Posted at 3:37 PM
About a month ago, Homeland Security Secretary Jeh Johnson and I each sent our respective workforces (around 280,000 people combined) a declaration of joint principles we developed to capture our shared mission.
Today, I want to share this message more broadly. We all owe Secretary Johnson, his leadership team, and the more than 240,000 men and women of the Department of Homeland Security a debt of gratitude for their hard and often dangerous work securing our borders and keeping this country safe.
Secretary Johnson is also keenly aware of the essential role DHS plays every day in facilitating the lawful trade of goods and services—trade that is vital to our economic security and competitiveness, and that is at the core of Commerce’s mission.
DHS and Commerce are therefore key partners in the Administration’s economic growth agenda. During our recent meetings, Secretary Johnson and I have recommitted ourselves to personally overseeing progress in a variety of initiatives that are priorities of both Departments.
One of these is the Loaned Executive Program, an innovative DHS initiative that allows top executive-level talent in the private sector to share their expertise with DHS in areas crucial to trade facilitation, such as logistics, customer service, and line and crowd management.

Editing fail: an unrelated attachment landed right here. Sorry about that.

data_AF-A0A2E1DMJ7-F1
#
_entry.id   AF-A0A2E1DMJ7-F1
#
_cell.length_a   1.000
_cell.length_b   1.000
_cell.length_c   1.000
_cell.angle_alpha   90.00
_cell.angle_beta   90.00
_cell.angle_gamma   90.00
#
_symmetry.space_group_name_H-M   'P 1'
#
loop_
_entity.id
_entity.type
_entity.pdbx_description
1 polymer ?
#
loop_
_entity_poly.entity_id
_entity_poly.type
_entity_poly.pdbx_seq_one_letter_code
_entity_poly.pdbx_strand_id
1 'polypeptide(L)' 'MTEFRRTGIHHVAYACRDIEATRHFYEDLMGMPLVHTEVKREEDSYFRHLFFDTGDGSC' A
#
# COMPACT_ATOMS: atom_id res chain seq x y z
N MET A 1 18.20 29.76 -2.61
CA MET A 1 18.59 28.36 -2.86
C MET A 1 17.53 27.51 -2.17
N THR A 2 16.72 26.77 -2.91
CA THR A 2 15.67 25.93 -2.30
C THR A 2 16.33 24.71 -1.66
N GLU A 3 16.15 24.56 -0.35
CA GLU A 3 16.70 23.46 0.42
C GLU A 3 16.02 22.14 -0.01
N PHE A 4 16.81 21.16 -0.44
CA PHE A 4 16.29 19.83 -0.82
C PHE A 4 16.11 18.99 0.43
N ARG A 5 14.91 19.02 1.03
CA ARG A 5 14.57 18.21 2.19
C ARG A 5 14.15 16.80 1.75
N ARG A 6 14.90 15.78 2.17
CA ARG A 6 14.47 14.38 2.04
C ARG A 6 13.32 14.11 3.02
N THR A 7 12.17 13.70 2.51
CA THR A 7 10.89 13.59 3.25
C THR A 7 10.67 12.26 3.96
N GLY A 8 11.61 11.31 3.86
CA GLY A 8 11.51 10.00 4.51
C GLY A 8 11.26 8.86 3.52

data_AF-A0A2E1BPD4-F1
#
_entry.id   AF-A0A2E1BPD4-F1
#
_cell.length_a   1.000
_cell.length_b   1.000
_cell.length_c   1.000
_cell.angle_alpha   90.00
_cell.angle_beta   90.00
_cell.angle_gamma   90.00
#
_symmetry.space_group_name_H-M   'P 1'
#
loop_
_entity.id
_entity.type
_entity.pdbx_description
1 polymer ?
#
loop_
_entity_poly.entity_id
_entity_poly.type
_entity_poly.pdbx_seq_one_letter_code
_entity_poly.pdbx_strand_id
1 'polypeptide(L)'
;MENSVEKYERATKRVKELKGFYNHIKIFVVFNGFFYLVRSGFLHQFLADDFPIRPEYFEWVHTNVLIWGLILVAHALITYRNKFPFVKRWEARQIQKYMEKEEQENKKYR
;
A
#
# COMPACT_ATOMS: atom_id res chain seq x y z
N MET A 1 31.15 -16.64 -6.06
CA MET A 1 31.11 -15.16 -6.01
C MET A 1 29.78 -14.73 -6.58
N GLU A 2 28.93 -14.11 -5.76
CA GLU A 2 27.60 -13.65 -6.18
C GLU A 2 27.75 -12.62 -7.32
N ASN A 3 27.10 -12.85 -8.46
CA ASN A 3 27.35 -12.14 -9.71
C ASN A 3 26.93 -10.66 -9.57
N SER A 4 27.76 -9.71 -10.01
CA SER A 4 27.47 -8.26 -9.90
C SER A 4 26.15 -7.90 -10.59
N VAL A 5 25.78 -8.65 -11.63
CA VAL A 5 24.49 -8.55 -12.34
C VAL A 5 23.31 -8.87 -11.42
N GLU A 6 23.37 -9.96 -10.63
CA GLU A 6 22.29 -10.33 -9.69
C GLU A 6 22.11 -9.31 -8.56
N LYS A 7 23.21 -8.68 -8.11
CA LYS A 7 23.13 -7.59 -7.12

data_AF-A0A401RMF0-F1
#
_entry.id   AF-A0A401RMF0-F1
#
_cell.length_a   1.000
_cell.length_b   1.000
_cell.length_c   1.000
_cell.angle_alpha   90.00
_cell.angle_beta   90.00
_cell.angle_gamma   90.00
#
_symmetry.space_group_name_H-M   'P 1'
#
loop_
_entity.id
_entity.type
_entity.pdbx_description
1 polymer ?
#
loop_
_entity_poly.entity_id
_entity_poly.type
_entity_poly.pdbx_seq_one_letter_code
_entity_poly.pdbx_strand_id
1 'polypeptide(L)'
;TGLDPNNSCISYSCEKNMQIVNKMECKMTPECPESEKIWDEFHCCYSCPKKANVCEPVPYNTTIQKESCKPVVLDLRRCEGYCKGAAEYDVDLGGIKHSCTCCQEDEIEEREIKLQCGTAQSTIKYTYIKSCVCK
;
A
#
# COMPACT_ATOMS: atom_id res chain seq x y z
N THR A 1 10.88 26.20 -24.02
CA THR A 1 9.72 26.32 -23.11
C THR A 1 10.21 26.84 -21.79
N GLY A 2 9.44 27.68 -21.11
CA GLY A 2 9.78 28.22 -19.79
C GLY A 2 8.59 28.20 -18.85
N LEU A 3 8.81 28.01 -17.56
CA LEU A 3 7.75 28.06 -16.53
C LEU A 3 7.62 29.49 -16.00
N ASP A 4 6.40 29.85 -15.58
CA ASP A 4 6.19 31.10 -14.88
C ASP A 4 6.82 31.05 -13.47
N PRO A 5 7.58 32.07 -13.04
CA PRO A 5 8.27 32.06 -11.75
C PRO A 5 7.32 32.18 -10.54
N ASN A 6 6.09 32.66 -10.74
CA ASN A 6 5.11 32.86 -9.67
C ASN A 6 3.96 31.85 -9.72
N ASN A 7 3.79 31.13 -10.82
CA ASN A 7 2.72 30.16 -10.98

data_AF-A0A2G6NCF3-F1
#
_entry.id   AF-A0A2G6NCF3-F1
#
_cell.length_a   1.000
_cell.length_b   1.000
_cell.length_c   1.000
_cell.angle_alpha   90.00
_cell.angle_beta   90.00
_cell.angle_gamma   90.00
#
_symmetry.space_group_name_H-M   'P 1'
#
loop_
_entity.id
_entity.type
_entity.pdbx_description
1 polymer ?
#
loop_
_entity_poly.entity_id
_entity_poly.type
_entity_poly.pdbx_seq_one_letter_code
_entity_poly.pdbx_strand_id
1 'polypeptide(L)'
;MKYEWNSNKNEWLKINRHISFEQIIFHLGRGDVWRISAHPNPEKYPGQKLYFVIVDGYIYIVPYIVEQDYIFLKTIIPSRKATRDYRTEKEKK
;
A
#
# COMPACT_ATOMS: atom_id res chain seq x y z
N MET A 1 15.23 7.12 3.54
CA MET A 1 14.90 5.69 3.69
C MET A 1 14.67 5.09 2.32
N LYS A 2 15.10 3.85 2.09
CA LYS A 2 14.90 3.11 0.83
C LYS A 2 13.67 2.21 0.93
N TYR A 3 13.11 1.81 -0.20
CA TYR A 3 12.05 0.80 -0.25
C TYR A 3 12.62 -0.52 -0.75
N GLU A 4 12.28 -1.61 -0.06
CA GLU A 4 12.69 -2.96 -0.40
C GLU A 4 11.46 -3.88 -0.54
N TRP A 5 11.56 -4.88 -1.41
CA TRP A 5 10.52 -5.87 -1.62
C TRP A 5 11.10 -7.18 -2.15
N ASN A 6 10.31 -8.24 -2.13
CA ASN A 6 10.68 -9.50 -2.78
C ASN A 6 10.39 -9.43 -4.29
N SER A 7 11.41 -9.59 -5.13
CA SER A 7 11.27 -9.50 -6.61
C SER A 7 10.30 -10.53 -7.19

You will be hearing more about this and other initiatives in the weeks and months ahead, but today I want to share with you the brief statement of principles agreed to by the Departments of Commerce and Homeland Security. We will strive to develop policies and deliver services that embody these principles:
Security and trade are mutually reinforcing
Commerce and public safety are mutually reinforcing. Promoting the secure and legitimate flow of goods and people—and focusing our resources on preventing the illegal movement of people and goods that pose a potential threat to our citizens, businesses, and our way of life—is good for our economy and our security.
The private sector is a crucial partner in our shared goals of security and economic competitiveness
Government programs and policies that affect the private sector are more effective when designed in collaboration with affected stakeholders—and better executed when they appropriately tap market forces to encourage private investment in public goods.
The public deserves integrity and good service from its government
Competent, efficient, and responsive service must be a priority in all programs that involve direct interaction with the public. Good service facilitates compliance with laws and regulations, eases burdens on people and businesses, enhances the value provided to the nation, and promotes trust in government.